Milton Keynes Piano Lessons

Active Repertoire Challenge 2019

What can you play?

This is a question which for too many pianists leads to such answers as:

  • I’m working on Allegro, but it’s not yet ready to play;
  • I finished learning Andante last month, but I’ve forgotten it now;
  • I don’t have my music books with me, so …

What a pity!

The reality is that too many of us can’t sit down at the piano – without notice, without notation, and without embarrassment – and simply play something!

Shallow Learning

One of the main reasons for this is the phenomenon of shallow learning, which can result from:

  • poor foundations, leading to weakness in one or more of the key areas of musical learning.
  • an emphasis on quantity rather than quality (how many pieces can be learnt, rather than how well they can be played);
  • an approach that is driven by jumping from one exam grade to the next, without effective consolidation, and at the cost of a rich and varied curriculum;
  • compartmentalised learning, or a lack of a holistic, connected musical understanding;

I have received feedback from players all over the world identifying with this phenomenon, and recognising that they (or their pupils) couldn’t just sit down and play for others without prior warning.

And so I started the Active Repertoire project here, through which I have been challenging players to develop an Active Repertoire of three pieces they have deeply learnt and can truly play.

You can read more about Active Repertoire here, including loads of advice for players and teachers:

A Fresh Challenge

At the start of this new year, I am now issuing a fresh challenge – and a brand newly designed Active Repertoire Sheet to freely download. 

pdf-logo  Active Repertoire Challenge 2019 Sheet

If you are new to the idea of Active Repertoire – welcome aboard! This is an exciting concept which will hopefully help you to change your piano playing and teaching for the better!

The Active Repertoire Sheets issue a challenge to reconsider and refresh the selection of three Active Repertoire pieces every quarter – while also deeply learning up to four new pieces each quarter as potential replacements.

Remember – encouraging deeper learning means much more than simply reading and playing through lots of music, ticking off dozens of new pieces each year, or jumping through assessment hoops.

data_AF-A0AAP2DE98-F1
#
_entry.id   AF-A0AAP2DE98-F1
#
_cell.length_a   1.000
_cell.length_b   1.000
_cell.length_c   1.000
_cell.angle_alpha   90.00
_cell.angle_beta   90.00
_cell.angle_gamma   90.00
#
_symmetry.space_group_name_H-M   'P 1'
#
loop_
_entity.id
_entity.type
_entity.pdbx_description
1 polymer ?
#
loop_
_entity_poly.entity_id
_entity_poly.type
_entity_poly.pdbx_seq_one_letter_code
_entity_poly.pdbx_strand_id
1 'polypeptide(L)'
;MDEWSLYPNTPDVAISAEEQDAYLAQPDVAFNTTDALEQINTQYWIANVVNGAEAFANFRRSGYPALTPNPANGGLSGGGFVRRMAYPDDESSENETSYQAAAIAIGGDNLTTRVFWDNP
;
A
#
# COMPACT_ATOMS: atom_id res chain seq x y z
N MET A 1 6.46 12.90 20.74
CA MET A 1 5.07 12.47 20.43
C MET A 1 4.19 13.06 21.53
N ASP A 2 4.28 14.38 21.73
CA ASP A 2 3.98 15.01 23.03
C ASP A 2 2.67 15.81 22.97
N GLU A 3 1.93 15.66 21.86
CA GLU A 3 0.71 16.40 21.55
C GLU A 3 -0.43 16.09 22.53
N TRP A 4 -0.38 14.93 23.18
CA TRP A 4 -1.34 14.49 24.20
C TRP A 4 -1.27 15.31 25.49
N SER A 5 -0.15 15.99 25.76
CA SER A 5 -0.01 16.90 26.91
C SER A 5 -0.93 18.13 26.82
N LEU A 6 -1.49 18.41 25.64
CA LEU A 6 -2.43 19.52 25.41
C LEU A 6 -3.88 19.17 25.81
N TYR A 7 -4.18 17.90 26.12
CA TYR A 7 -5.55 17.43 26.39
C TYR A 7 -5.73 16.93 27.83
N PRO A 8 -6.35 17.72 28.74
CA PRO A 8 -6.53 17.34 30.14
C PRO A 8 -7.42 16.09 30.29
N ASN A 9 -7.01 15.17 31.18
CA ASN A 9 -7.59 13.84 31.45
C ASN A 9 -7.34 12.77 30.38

Deeper learning involves fully engaging with, living with, interpreting, internalising and memorising music.

Crucially, deeper learning must engage all three treasures of musical learning: musical essence, technique and understanding.

If you have any questions, or would like to share your experiences developing an Active Repertoire, please leave a comment below!

And GOOD LUCK with the 2019 Active Repertoire Challenge!


Pianodao is free to all, but funded with the help of reader donations. Regular supporters can enjoy additional benefits by joining online piano club The Pianodao Tea Room

Published by

Andrew Eales

Andrew Eales is a pianist, writer and teacher based in Milton Keynes UK, where he runs Keyquest Music - his successful independent music education business, private teaching practice and creative outlet.

2 thoughts on “Active Repertoire Challenge 2019”

  1. Dear Mr. Eales,

    I have been looking at your Tea Room project and thought I would like to join if there is still space but i can’t figure out how to contact you.

    Help!

    Ruth Colvin

    Like

Leave a Reply

Fill in your details below or click an icon to log in:

WordPress.com Logo

You are commenting using your WordPress.com account. Log Out /  Change )

Google photo

You are commenting using your Google account. Log Out /  Change )

Twitter picture

You are commenting using your Twitter account. Log Out /  Change )

Facebook photo

You are commenting using your Facebook account. Log Out /  Change )

Connecting to %s

This site uses Akismet to reduce spam. Learn how your comment data is processed.